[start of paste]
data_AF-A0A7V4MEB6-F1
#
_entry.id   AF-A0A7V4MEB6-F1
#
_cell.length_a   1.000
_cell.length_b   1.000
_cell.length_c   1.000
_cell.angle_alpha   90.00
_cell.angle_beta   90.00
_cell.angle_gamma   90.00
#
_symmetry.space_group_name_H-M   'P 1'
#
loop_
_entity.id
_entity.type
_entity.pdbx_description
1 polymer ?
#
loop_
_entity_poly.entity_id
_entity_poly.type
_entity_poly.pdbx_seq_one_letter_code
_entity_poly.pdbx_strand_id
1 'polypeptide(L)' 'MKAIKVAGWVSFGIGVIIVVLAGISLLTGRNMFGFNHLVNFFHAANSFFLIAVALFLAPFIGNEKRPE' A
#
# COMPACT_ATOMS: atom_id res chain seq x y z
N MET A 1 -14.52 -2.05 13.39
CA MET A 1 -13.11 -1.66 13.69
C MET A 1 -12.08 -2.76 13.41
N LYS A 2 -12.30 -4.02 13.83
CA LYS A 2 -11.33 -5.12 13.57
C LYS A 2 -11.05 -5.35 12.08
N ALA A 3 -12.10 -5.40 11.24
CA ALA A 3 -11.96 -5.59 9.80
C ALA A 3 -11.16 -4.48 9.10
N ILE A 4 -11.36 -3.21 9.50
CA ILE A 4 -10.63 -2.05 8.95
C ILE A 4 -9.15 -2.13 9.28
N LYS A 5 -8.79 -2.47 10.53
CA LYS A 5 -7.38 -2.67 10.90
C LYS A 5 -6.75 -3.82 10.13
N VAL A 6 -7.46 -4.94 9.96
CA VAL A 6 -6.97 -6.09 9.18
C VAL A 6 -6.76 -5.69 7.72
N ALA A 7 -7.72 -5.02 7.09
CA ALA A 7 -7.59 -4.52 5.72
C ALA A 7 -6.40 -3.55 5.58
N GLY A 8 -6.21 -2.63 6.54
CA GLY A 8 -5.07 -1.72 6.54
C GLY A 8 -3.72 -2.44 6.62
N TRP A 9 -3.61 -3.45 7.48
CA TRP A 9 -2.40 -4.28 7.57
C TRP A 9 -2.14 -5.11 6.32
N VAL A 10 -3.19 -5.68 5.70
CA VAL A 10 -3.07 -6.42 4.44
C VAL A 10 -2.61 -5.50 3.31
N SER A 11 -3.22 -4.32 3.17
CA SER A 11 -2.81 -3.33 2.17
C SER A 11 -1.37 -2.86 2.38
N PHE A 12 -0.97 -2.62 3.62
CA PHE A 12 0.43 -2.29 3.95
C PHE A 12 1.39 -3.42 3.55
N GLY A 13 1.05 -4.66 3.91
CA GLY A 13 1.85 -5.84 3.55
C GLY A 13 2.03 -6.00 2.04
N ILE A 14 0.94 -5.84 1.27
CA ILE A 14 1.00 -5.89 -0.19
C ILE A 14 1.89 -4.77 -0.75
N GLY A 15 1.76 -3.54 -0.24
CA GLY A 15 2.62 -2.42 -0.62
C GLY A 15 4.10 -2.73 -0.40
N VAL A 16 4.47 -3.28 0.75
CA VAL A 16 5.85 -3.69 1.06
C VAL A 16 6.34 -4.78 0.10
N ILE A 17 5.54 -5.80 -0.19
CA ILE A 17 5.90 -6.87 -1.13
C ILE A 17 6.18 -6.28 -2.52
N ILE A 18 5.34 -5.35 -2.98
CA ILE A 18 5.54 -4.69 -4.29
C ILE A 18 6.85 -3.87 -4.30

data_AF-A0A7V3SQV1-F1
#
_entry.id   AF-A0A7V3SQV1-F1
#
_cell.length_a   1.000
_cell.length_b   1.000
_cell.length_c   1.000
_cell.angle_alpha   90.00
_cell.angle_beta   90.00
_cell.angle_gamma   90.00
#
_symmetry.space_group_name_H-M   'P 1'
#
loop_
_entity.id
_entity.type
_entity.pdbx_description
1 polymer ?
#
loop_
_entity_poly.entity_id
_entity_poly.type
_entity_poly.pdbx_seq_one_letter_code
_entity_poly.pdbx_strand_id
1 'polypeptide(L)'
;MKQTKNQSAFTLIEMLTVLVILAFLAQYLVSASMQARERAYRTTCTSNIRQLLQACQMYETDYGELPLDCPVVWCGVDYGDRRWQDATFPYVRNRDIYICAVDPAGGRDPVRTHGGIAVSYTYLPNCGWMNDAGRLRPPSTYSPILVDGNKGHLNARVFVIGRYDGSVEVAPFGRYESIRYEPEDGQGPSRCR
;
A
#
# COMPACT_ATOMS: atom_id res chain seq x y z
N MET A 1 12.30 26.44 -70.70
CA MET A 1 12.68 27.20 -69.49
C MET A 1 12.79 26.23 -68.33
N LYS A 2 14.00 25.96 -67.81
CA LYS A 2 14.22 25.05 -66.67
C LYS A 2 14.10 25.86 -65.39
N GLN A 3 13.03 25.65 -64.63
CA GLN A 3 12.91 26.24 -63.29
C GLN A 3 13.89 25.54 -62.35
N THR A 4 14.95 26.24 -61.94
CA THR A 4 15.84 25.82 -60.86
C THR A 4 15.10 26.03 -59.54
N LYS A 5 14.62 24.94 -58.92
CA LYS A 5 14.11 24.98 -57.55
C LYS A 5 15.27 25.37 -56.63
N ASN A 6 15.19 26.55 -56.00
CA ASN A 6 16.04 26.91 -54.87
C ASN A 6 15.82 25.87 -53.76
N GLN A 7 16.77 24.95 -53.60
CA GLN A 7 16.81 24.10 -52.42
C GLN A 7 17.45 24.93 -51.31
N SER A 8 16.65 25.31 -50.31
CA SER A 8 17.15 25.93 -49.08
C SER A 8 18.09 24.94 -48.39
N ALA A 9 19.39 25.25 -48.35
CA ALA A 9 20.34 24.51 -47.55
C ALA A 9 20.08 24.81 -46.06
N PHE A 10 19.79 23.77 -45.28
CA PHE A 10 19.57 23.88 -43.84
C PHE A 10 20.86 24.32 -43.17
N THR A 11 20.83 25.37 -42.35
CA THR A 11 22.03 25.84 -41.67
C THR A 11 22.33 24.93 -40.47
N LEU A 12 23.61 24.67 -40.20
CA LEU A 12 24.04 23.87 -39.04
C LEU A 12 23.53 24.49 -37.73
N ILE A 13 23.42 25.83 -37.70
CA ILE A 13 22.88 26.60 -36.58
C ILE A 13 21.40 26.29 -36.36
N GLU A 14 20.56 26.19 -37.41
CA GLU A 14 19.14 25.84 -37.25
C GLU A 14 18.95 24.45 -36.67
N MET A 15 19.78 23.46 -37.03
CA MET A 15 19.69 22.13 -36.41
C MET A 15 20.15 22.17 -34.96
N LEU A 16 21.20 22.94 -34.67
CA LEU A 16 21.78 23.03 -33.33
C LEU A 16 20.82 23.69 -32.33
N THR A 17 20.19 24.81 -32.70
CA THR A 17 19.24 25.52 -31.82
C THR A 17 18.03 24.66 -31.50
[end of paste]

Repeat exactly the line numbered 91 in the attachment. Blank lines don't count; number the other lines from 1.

_cell.angle_gamma   90.00